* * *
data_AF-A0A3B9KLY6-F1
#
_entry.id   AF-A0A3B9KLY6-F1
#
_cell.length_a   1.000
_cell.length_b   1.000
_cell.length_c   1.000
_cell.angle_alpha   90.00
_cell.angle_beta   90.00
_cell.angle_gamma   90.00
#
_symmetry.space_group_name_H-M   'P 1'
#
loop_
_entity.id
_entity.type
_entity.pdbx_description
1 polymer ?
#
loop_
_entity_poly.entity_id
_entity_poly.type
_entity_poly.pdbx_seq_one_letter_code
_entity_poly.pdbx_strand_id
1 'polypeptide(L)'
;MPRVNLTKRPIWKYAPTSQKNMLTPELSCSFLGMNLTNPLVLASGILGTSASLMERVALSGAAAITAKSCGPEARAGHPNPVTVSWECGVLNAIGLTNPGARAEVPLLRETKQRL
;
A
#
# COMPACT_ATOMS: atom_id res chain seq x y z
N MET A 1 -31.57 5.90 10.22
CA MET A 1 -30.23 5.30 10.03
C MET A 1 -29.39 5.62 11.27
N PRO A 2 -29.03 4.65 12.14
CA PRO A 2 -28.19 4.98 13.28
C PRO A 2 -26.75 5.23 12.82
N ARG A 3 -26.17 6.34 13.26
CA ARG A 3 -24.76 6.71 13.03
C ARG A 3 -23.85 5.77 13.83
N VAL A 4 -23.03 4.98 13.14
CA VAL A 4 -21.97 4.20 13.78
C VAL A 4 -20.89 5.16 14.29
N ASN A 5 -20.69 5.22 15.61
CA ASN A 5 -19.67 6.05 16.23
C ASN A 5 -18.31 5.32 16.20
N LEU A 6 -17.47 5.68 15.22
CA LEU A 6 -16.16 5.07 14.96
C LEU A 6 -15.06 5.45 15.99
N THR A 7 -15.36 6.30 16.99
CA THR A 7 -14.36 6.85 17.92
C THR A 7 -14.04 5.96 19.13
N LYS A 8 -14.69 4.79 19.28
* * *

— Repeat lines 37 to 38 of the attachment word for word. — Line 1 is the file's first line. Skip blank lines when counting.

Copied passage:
N ARG A 3 -26.17 6.34 13.26
CA ARG A 3 -24.76 6.71 13.03